'The End Of The World' Things amp up a bit for this track, which is another one with slightly depressing lyrics. This is the delivery of the words that I remember from my first listenings to TSSB. And yet the chorus – "Nothing gets better so enjoy what you have" – indicates it is a song of being happy with the way things are and stop trying to reach beyond. The pounding beat of the drums drives this song along nicely. I think this might be my favourite track on the album.



'Losing It' Again, the comparison to Gang Of Youths stands out for me, although the addition of a female voice in the harmonies softens this one somewhat. Musically and vocally, this is a definite stand-out track. Lyrically, it is a little sad: the singer knows he is making a mess of things and cannot understand why his partner is giving him a second chance, but is happy she does. Great track.

'Profiteering' And that track bleeds into this song with its opening lyrics which explains to me a phrase I've been seeing online a bit lately (though won't write here – language warning!). The song is about how bad the world is, but as it goes on, notes of hopefulness are injected into the words until it does come out like something might be good after all.

'It's OK' Here's a song that I can relate to all too well, considering my marriage came to a definite end only 2 years ago. This is a break-up song, but one where they are trying to be positive about it. "It's okay if you don't love me anymore…" It's tough, but this song speaks to a universal truth and is going to be one of those timeless tracks that I have been hearing more and more from when it comes to Australian musos. Voice and acoustic guitar are the dominant instruments, only adding to its timelessness. Stunning song.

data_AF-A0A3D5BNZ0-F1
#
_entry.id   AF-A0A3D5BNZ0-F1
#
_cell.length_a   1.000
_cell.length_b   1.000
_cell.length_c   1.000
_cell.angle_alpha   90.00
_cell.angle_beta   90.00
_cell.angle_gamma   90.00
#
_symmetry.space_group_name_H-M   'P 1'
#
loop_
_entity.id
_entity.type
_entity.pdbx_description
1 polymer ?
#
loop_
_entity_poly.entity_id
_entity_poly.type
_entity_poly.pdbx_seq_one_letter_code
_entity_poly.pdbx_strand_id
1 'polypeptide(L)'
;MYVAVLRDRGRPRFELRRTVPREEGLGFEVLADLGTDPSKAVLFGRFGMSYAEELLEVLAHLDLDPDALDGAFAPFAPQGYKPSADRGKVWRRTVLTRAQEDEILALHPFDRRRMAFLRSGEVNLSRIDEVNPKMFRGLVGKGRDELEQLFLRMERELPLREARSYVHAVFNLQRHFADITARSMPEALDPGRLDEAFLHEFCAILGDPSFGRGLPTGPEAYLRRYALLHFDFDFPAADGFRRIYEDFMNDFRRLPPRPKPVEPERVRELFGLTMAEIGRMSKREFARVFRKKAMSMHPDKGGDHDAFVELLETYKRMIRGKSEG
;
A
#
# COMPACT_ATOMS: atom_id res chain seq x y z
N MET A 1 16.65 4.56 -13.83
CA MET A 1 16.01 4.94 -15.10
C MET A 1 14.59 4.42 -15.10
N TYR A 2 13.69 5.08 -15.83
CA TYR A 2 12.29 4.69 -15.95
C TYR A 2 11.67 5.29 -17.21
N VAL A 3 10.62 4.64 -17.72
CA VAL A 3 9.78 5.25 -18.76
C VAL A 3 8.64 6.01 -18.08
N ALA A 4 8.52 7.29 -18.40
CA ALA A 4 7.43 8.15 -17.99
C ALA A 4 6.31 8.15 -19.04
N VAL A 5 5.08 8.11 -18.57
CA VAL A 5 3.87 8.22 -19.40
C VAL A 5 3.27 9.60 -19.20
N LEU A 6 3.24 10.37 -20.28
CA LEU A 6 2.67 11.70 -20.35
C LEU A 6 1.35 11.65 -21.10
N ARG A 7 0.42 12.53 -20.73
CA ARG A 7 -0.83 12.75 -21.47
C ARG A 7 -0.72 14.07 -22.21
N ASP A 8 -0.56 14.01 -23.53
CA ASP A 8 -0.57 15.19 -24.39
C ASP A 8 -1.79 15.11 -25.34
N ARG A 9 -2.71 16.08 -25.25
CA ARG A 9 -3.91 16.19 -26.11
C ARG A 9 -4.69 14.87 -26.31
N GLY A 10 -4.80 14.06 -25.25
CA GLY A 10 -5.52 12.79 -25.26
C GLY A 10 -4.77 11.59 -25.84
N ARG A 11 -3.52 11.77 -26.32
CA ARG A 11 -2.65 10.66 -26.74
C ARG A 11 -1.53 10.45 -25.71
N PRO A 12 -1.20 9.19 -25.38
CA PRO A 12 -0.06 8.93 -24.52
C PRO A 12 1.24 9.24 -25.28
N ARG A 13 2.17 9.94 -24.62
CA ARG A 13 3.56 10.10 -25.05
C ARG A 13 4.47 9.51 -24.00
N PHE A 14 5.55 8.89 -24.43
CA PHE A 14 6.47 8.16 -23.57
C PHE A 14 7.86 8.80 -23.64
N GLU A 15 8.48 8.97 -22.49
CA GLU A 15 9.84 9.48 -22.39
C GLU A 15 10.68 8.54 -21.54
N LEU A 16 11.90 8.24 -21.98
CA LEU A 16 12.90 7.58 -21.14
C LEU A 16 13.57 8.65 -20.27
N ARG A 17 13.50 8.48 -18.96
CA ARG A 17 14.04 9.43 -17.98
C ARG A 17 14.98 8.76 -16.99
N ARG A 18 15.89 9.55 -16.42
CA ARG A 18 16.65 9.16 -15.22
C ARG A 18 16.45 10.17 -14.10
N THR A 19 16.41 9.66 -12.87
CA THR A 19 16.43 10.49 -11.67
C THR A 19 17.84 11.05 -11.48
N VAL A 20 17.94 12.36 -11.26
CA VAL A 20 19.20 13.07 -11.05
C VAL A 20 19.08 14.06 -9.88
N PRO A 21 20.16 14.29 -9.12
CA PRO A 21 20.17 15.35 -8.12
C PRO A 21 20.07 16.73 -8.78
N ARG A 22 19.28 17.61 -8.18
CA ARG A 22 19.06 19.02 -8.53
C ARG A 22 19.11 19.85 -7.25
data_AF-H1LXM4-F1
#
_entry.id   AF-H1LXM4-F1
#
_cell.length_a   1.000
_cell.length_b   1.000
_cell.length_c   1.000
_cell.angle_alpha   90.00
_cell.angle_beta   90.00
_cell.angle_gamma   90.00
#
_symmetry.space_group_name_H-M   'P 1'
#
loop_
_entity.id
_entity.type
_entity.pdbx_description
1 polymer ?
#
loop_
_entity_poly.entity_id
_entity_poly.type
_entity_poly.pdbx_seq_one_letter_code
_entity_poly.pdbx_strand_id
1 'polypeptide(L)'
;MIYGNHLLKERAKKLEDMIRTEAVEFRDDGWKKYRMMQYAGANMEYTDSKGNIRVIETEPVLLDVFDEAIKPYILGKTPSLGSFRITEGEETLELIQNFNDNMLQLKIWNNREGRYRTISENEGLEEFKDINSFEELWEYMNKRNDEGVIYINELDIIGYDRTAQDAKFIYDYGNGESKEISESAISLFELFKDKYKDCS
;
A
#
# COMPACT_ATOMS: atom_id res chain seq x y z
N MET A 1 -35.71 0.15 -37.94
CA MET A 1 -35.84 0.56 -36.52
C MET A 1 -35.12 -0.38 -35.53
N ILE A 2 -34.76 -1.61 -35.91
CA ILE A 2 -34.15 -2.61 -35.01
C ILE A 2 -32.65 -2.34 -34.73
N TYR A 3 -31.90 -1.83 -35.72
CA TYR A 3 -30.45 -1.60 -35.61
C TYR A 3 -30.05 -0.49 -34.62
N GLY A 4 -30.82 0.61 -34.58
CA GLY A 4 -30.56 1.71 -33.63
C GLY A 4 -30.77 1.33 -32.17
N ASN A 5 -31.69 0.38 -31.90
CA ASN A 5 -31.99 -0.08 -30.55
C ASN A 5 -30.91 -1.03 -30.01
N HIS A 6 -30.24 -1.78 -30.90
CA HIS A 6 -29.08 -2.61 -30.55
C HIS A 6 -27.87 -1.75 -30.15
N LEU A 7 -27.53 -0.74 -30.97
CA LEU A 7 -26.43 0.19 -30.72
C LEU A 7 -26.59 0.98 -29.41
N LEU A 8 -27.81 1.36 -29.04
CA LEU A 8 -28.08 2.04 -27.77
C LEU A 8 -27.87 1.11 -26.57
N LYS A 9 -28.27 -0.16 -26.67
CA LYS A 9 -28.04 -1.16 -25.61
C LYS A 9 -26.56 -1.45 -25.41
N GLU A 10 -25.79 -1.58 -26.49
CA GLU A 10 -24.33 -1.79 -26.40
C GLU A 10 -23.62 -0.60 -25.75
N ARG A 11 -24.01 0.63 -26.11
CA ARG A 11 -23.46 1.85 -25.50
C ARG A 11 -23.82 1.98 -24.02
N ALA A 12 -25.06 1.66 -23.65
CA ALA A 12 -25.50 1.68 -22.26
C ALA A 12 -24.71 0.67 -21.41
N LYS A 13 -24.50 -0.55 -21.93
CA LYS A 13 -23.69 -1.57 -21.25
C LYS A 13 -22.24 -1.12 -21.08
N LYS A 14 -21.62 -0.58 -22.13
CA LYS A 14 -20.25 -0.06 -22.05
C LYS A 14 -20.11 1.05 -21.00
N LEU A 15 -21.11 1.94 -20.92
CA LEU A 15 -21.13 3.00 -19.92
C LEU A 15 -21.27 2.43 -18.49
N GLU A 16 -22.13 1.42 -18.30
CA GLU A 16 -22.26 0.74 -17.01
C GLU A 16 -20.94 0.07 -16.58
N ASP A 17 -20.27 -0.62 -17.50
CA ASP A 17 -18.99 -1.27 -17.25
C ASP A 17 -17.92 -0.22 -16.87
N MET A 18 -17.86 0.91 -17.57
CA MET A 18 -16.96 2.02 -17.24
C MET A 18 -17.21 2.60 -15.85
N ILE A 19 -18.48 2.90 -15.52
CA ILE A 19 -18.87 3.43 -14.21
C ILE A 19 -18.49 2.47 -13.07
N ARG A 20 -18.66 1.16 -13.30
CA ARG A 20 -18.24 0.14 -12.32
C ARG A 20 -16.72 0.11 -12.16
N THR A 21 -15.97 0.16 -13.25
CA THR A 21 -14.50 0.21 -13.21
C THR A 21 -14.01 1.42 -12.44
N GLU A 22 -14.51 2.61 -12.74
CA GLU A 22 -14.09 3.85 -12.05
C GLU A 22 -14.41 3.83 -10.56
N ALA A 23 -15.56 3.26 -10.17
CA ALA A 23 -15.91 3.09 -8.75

'Heaven Eleven' This starts off with a different sound to the other tracks before crashing into the rock that this band just does so well. Still, for that, it is another good track. A song of desperate loneliness and missing someone. This song has more than a hint of the Hummingbirds about them, which is definitely not a bad thing at all. Kudos, gang.

'Don't Waste Your Anger' And we finish with the title track. Not sure what this song is about, if I'm being honest, but I still like the music that is delivered and the chorus that starts, "I'm my best when I'm forgiving…" has crowd singalong written all over it. "Don't waste your anger on me…" There is no reason to be angry with this album. None at all.

This is going to sound weird because the music is so different, but this album has many similarities with Fiona Apple's Fetch The Bolt Cutters. No, hear me out. There is not a bad track on either one. The lyrics are more than just the words to songs, they are poetry that has been set to music. And they speak in timeless ways of things that are universal. Intelligent lyrics twice in a row. I am suitably happy with that course of events.

I am going to be the first to admit that the lead singer's voice might not be to everyone's taste. But, to me, it sounds honest and raw, and is far better than my own warbling. There are no bum notes, and the delivery is everything here. It's like he feels exactly what he is singing. But the musicianship – all the instrument-playing – is really strong. They are a tight unit. There is so much to love about the Smith Street Band, and this is yet another Australian act that deserves overseas recognition. There are very few artists in the world delivering stuff like this.

Oh well, I shall do what I can, and to that end, I say, Buy this album. Thoroughly recommended.
smith street band, album, CD, music, band, Australia, anger